The Winnwood Residence is a contemporary house that is intended to give the owner the sense of living in the outdoor landscape year-round. The owner is an interior designer who has a deep love for gardening.
The house is surrounded on all four sides by extensively landscaped areas, one of the sides being a conservation park managed by the Texas Parks & Wildlife and the US Dept. of Interior. It was conceived as a solid black plaster mass, sitting within an enclosed garden, from which exterior voids were carved to create transition zones between the built and the natural.
From within the house, all viewpoints to the exterior terminate upon lush landscaping. Large sliding glass doors open completely full width into integrated pockets in the walls on opposing ends of the house to allow natural ventilation to pass through the main living areas.
Inside, landscapes extend across reflective interior plaster planes, amplifying the monochromatic interior pallet and allowing the colors of time and season to affect space. For the residents, this interdependence between atmosphere and architecture creates an ever-changing interior scenography; each space is intended to feel unique while deeply dependent on nature.
Outside, the black and white plastered exterior is planted with evergreen vines so the house itself will be absorbed into the landscape over time. The back two-thirds of the property are devoted to occupants and home. The front one-third is designed as an extension to the conservation project across the street; native and adaptive species are sculpted to transition from neighboring lots to the rehabilitated landscape.
Certified USGBC LEED for Homes Platinum, the house is a Net Positive Energy project. Geothermal wells and a rain collection cistern are located under the driveway which is designed to minimize runoff and increase water permeability. Each room of the house is individually insulated to take advantage of the geothermal HVAC system which allows spaces to be isolated or turned off, effectively creating an independent building envelope for each room. Depending on the day and number of occupants, the 4,600-square-foot home can be reduced to an operational area of 900 square feet by only heating or cooling the primary bedroom. Isolating individual spaces while creating a home that opens to the landscape and has a seamless aesthetic was a challenge overcome by teamwork. About 20% of the building envelope is glass, and while the home is designed to allow daylight to fill all areas of the home, any direct solar heat gain is very limited. Over 41% of the home’s glazing faces north, and 84% of the remainder of the home’s glazing benefits from significant exterior shading in the summer months when the sun is the highest in the sky. Any glazing exposed to direct solar heat gain during cooling months benefits from the glazing have a low solar heat gain coefficient of 0.29. The interior is lit with highly efficient LED lights, and dimming systems allow for light levels to account for incoming daylight from expansive windows.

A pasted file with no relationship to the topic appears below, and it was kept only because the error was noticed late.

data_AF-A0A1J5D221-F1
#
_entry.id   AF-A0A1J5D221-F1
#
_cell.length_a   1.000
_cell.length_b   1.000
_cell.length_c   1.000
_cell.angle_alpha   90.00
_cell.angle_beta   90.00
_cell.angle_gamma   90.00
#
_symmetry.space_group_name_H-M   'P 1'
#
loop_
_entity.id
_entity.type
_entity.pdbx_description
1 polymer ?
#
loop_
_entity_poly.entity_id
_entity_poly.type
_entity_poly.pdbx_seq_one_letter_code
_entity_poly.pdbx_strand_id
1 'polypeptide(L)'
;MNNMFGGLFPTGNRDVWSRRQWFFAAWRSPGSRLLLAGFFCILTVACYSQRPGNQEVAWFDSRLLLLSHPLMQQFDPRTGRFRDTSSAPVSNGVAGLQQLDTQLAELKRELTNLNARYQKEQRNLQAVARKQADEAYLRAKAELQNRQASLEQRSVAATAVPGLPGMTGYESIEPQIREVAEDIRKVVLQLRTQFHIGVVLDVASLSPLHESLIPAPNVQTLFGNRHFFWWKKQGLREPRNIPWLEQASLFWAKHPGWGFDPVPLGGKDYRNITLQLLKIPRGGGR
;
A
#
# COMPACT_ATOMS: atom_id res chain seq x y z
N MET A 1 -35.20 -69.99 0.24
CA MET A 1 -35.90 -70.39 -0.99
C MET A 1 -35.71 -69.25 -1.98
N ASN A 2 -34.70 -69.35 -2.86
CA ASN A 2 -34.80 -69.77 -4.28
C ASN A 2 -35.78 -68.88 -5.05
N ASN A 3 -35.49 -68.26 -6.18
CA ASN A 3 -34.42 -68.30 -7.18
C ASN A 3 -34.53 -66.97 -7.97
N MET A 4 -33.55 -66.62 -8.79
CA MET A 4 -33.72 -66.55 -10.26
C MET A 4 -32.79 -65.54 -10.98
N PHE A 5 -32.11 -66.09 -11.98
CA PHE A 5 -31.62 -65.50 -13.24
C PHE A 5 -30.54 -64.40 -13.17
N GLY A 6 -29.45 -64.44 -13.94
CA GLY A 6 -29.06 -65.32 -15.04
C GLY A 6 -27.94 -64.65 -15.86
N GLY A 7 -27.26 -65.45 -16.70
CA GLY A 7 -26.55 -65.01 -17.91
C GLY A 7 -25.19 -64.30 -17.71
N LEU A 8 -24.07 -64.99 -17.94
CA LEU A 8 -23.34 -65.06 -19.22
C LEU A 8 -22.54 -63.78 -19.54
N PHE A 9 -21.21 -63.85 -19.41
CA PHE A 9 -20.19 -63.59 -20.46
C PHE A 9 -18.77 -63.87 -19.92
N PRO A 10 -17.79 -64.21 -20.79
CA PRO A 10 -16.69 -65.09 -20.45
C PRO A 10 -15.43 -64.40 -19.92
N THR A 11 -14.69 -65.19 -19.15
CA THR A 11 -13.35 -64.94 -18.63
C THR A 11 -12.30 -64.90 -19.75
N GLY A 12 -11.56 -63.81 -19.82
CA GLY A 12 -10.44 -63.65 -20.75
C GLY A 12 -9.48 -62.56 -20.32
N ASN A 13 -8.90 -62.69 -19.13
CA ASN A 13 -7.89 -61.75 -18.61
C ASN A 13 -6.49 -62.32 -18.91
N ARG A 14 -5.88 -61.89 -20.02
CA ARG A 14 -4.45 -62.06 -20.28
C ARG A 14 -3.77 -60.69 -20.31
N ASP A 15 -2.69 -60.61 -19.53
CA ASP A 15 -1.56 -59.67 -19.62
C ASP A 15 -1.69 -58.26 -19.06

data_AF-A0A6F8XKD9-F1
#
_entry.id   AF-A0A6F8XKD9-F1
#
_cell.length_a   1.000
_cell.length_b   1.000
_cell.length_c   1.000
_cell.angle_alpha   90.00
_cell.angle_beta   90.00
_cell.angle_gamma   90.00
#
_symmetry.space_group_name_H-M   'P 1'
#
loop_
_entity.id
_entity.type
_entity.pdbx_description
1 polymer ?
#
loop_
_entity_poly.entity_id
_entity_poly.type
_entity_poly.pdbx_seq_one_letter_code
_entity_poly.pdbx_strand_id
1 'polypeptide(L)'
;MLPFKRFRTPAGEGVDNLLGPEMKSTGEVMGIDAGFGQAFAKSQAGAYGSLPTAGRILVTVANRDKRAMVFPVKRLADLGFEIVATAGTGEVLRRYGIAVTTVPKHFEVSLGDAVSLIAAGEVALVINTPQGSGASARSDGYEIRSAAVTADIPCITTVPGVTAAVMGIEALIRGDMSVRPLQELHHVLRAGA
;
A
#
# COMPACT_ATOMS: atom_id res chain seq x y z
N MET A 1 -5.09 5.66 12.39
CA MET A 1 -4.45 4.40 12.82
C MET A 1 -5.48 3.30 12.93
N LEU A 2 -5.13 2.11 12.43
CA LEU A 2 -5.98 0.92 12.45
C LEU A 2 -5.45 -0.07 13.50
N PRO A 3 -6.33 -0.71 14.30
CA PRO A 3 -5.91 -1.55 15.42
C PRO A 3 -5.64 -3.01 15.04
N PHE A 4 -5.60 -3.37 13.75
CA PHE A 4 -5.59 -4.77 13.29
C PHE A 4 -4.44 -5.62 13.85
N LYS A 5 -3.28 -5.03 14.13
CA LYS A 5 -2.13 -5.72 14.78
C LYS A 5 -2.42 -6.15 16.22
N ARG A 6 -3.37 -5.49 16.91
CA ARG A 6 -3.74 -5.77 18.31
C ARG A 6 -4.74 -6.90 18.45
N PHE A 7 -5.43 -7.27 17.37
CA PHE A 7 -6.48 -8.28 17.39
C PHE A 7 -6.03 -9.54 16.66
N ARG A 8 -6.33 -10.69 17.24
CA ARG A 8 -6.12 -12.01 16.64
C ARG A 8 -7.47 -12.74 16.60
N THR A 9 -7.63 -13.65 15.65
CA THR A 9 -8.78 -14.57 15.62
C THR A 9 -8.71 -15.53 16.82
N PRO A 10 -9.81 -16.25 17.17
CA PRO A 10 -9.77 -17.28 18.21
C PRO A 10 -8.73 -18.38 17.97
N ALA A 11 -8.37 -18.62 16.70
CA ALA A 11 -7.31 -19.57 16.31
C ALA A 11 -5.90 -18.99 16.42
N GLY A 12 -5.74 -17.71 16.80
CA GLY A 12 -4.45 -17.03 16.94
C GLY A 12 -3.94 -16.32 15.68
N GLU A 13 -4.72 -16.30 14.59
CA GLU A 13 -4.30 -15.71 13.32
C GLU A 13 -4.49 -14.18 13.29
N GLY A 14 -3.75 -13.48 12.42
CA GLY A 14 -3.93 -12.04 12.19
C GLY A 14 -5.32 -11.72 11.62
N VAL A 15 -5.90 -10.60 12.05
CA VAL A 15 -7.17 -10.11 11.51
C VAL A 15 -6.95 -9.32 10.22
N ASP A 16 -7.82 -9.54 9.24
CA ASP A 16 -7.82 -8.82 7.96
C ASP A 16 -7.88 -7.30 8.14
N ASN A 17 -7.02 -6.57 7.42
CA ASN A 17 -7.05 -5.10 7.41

While building systems and components aim to conserve energy, only with onsite energy production can the home be zero-energy. On the roof, a discrete 10kW solar array will annually create enough electricity onsite to offset all of the energy consumed by the property.